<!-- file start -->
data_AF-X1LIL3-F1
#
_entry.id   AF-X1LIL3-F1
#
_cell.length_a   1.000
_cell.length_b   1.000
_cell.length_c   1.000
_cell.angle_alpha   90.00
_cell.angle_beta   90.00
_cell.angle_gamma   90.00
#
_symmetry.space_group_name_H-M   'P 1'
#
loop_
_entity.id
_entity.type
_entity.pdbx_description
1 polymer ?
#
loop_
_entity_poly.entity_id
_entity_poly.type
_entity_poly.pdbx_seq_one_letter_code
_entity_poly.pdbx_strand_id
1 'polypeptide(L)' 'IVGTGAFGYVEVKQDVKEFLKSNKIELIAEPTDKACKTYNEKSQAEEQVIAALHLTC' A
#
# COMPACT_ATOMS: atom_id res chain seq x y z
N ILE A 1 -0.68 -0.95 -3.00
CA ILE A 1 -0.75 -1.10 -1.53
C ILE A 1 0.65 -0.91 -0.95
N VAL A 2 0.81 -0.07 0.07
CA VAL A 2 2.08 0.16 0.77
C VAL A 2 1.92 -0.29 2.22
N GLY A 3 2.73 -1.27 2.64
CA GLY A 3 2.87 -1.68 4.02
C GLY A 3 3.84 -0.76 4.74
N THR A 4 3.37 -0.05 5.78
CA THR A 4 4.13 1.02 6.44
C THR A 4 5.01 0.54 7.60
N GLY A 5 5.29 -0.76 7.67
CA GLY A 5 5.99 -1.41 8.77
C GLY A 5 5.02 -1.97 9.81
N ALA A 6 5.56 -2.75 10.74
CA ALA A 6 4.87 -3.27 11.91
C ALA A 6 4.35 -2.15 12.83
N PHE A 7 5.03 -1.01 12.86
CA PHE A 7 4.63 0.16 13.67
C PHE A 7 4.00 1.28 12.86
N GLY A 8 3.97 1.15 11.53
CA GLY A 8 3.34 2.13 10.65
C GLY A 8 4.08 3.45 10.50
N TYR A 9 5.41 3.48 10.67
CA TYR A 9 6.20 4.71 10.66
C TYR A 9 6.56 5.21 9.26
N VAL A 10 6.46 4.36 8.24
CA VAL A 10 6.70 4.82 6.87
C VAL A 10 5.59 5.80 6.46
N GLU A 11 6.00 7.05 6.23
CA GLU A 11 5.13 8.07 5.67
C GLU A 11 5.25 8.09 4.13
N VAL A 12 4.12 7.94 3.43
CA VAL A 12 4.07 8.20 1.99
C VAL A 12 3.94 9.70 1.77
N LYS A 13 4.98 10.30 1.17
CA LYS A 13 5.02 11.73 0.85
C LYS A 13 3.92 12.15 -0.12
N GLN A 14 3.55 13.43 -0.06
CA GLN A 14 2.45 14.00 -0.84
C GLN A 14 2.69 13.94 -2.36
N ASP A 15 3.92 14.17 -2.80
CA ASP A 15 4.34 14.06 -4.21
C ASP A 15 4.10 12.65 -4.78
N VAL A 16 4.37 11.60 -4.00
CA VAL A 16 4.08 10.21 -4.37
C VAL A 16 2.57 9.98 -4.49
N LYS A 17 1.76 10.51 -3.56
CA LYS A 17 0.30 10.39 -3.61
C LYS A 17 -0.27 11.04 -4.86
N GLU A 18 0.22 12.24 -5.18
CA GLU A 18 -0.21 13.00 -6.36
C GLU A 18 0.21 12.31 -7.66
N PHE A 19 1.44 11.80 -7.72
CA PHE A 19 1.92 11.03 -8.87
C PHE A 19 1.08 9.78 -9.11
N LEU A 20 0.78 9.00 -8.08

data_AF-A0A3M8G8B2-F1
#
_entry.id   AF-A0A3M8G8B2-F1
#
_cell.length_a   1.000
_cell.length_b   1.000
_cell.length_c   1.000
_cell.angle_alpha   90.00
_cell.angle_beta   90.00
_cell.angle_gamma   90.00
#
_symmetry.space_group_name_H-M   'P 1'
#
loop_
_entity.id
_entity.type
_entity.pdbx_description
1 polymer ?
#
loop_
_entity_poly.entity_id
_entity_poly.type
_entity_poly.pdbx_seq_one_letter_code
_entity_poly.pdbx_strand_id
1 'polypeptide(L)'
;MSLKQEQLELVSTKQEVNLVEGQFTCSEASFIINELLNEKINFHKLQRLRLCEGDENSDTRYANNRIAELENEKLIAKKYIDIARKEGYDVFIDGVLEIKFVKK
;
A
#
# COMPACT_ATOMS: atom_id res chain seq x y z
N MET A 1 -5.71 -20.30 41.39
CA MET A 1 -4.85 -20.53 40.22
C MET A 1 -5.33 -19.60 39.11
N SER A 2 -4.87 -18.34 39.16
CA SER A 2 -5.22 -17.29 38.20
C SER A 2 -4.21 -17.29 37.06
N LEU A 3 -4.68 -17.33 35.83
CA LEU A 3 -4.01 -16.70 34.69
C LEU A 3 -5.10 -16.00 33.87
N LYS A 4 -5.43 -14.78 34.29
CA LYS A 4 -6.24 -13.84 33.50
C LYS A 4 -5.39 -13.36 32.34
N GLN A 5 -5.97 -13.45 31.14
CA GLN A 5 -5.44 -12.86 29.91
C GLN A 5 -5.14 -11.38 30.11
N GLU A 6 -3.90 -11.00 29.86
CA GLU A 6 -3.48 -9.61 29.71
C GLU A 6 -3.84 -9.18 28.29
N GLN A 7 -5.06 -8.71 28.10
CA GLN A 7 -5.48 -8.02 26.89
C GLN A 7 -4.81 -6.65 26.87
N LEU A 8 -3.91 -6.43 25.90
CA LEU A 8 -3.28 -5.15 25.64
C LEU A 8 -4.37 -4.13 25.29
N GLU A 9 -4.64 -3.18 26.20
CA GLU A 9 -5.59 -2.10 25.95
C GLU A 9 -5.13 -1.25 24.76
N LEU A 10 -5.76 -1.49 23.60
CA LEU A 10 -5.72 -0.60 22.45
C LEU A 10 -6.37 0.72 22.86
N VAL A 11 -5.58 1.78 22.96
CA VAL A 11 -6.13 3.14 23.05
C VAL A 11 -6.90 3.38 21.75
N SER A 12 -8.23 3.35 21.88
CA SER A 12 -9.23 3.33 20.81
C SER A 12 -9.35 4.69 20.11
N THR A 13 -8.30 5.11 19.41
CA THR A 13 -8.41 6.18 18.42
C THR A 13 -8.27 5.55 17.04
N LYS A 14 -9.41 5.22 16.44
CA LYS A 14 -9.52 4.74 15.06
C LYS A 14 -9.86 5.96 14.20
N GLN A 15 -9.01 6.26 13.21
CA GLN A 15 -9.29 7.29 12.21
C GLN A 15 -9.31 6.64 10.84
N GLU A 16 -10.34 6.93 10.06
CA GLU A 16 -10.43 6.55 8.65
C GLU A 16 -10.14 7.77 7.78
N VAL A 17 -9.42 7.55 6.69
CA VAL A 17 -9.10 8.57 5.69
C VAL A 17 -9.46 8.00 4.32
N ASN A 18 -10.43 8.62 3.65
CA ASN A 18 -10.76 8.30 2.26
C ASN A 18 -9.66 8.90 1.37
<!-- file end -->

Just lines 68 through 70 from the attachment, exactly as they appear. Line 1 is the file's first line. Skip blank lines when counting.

CA GLN A 14 2.45 14.00 -0.84
C GLN A 14 2.69 13.94 -2.36
N ASP A 15 3.92 14.17 -2.80